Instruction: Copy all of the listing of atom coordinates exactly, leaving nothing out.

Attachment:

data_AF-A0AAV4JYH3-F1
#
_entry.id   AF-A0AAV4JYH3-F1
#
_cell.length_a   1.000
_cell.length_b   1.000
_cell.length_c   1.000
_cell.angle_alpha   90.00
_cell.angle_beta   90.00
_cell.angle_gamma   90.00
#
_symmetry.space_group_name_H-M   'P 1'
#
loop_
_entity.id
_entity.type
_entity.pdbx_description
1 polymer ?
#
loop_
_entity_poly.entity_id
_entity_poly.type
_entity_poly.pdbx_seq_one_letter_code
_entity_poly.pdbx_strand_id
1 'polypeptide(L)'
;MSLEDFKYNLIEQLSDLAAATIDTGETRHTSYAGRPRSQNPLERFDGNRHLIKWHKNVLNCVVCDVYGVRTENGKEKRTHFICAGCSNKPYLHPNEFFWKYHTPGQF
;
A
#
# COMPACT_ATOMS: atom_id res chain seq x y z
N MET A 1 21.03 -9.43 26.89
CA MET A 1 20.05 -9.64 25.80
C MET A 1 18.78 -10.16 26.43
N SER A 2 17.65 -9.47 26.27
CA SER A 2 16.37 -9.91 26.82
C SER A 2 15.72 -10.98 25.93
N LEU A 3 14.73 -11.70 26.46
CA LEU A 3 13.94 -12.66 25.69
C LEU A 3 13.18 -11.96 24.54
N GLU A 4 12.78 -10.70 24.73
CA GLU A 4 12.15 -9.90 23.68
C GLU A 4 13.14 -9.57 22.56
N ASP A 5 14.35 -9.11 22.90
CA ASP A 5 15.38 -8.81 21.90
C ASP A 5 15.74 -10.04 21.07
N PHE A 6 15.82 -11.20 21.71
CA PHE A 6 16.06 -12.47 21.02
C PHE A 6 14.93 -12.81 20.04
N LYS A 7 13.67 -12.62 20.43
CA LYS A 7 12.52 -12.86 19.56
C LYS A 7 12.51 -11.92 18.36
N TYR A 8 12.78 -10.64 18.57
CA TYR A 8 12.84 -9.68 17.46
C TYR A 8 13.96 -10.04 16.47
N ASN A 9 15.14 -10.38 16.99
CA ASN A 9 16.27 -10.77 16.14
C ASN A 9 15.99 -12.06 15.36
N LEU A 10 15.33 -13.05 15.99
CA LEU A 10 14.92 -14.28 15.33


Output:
data_AF-A0AAV4JYH3-F1
#
_entry.id   AF-A0AAV4JYH3-F1
#
_cell.length_a   1.000
_cell.length_b   1.000
_cell.length_c   1.000
_cell.angle_alpha   90.00
_cell.angle_beta   90.00
_cell.angle_gamma   90.00
#
_symmetry.space_group_name_H-M   'P 1'
#
loop_
_entity.id
_entity.type
_entity.pdbx_description
1 polymer ?
#
loop_
_entity_poly.entity_id
_entity_poly.type
_entity_poly.pdbx_seq_one_letter_code
_entity_poly.pdbx_strand_id
1 'polypeptide(L)'
;MSLEDFKYNLIEQLSDLAAATIDTGETRHTSYAGRPRSQNPLERFDGNRHLIKWHKNVLNCVVCDVYGVRTENGKEKRTHFICAGCSNKPYLHPNEFFWKYHTPGQF
;
A
#
# COMPACT_ATOMS: atom_id res chain seq x y z
N MET A 1 21.03 -9.43 26.89
CA MET A 1 20.05 -9.64 25.80
C MET A 1 18.78 -10.16 26.43
N SER A 2 17.65 -9.47 26.27
CA SER A 2 16.37 -9.91 26.82
C SER A 2 15.72 -10.98 25.93
N LEU A 3 14.73 -11.70 26.46
CA LEU A 3 13.94 -12.66 25.69
C LEU A 3 13.18 -11.96 24.54
N GLU A 4 12.78 -10.70 24.73
CA GLU A 4 12.15 -9.90 23.68
C GLU A 4 13.14 -9.57 22.56
N ASP A 5 14.35 -9.11 22.90
CA ASP A 5 15.38 -8.81 21.90
C ASP A 5 15.74 -10.04 21.07
N PHE A 6 15.82 -11.20 21.71
CA PHE A 6 16.06 -12.47 21.02
C PHE A 6 14.93 -12.81 20.04
N LYS A 7 13.67 -12.62 20.43
CA LYS A 7 12.52 -12.86 19.56
C LYS A 7 12.51 -11.92 18.36
N TYR A 8 12.78 -10.64 18.57
CA TYR A 8 12.84 -9.68 17.46
C TYR A 8 13.96 -10.04 16.47
N ASN A 9 15.14 -10.38 16.99
CA ASN A 9 16.27 -10.77 16.14
C ASN A 9 15.99 -12.06 15.36
N LEU A 10 15.33 -13.05 15.99
CA LEU A 10 14.92 -14.28 15.33